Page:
To the Council of Canadians, OMYA's shipments should be classified as a bulk water export, prohibited under several treaties and accords. But senior water policy and trade experts have told the hearing that OMYA's product is not a prohibited export. That's because it's a "product" rather than "water in its natural state," said Frank Quinn, a senior federal water policy analyst. He got substantial agreement from Stephen de Boer, a senior provincial government trade analyst, when both men testified in July.
Products, they said, are exempt from the ban on water exports in Canada's international treaties and interprovincial accords. They're also exempt from Ontario law prohibiting water shipments from one watershed to another. Even bottled water is considered a product and, provided the containers are small, they too are exempt.
Presiding over the Perth hearing is a former federal cabinet minister, Pauline Browes, who was a junior minister of the environment and later minister of Indian Affairs in the Brian Mulroney governments of the early 1990s. It's her job to decide whether the permit should go ahead, perhaps with conditions attached, or be revoked.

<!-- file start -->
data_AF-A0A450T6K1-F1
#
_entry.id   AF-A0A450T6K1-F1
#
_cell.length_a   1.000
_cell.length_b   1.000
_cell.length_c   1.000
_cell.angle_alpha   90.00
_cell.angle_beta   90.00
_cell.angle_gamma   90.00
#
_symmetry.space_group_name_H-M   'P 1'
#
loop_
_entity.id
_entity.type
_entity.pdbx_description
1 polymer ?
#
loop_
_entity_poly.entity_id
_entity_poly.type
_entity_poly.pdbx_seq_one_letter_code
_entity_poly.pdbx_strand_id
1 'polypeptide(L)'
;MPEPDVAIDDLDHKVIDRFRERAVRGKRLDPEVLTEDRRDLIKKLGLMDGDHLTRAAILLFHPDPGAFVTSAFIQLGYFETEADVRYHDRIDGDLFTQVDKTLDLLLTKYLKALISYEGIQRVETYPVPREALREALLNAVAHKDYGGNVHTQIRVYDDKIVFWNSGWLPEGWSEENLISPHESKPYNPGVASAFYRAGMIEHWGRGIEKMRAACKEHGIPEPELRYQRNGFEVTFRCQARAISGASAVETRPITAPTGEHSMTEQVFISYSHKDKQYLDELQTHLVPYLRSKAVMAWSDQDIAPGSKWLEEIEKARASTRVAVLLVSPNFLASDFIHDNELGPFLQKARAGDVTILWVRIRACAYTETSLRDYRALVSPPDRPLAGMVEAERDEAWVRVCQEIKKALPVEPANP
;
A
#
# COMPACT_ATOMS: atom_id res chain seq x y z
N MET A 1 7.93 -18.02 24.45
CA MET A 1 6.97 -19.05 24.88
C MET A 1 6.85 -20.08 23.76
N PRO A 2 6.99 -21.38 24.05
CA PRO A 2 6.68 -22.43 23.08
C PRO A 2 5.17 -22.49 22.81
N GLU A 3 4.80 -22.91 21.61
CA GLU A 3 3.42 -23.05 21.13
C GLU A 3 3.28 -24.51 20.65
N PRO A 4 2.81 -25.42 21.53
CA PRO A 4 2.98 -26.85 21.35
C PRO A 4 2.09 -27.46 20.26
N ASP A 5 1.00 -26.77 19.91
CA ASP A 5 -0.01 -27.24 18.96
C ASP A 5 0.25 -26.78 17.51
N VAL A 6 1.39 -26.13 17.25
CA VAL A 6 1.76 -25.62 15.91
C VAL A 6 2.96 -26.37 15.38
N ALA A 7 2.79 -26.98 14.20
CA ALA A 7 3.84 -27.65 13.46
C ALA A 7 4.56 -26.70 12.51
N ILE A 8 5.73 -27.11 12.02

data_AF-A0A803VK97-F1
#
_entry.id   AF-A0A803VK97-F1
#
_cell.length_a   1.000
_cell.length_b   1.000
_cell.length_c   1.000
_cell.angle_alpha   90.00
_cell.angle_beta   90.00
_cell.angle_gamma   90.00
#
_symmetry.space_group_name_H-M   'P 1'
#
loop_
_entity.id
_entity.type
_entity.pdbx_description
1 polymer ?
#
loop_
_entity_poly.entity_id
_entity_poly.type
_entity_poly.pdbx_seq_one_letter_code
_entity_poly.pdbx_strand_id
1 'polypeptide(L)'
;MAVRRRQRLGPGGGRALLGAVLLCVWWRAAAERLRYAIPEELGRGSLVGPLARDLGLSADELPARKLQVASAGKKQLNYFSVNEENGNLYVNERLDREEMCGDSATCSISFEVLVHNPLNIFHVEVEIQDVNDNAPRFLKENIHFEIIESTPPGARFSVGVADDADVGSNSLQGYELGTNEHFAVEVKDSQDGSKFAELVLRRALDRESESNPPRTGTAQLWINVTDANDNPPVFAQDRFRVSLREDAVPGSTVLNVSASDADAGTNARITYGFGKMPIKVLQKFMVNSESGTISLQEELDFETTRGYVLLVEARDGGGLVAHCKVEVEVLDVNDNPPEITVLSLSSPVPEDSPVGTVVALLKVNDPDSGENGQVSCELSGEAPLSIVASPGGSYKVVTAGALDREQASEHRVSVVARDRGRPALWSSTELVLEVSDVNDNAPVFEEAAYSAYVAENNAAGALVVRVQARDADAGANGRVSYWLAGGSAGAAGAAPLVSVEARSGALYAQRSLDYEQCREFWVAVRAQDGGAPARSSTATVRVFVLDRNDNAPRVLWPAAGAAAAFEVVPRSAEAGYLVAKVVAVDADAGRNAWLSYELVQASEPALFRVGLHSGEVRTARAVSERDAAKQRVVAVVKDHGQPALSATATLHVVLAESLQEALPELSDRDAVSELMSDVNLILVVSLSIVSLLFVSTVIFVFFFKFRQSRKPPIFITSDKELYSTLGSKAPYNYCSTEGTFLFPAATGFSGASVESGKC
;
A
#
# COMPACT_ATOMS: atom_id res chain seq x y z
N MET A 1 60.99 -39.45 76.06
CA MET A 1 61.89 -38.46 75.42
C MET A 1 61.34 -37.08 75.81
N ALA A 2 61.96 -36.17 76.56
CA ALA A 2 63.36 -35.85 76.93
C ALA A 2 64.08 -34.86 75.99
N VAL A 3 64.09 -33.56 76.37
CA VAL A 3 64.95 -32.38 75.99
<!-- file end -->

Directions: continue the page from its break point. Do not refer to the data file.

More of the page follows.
Already, Ms. Browes has made legal history by agreeing to consider, among other issues, the impact of trade agreements such as the North American Free Trade Agreement and World Trade Organization agreements, as well as water exports and the relevance of Canada's federal-provincial bulk water accords.
"This case is a landmark. It's the first time a regulatory tribunal at a provincial level has ever considered Canada's obligations under NAFTA and the WTO. And the fact that it concerns a water-taking permit makes it that much more important," says Steven Shrybman, the lawyer representing the Council of Canadians at the hearing.
"The 20th century was about oil and gas. The 21st century is about water. It's what many say the wars of the next 100 years will be fought over. So I think that's the context," Shrybman adds.
If the Council of Canadians is right, the hearing taking place in this small Ontario town could have serious repercussions for Canadians' control over water resources. That's because this permit, if granted, would set a precedent, says Jamie Dunn, water campaigner with the Council of Canadians.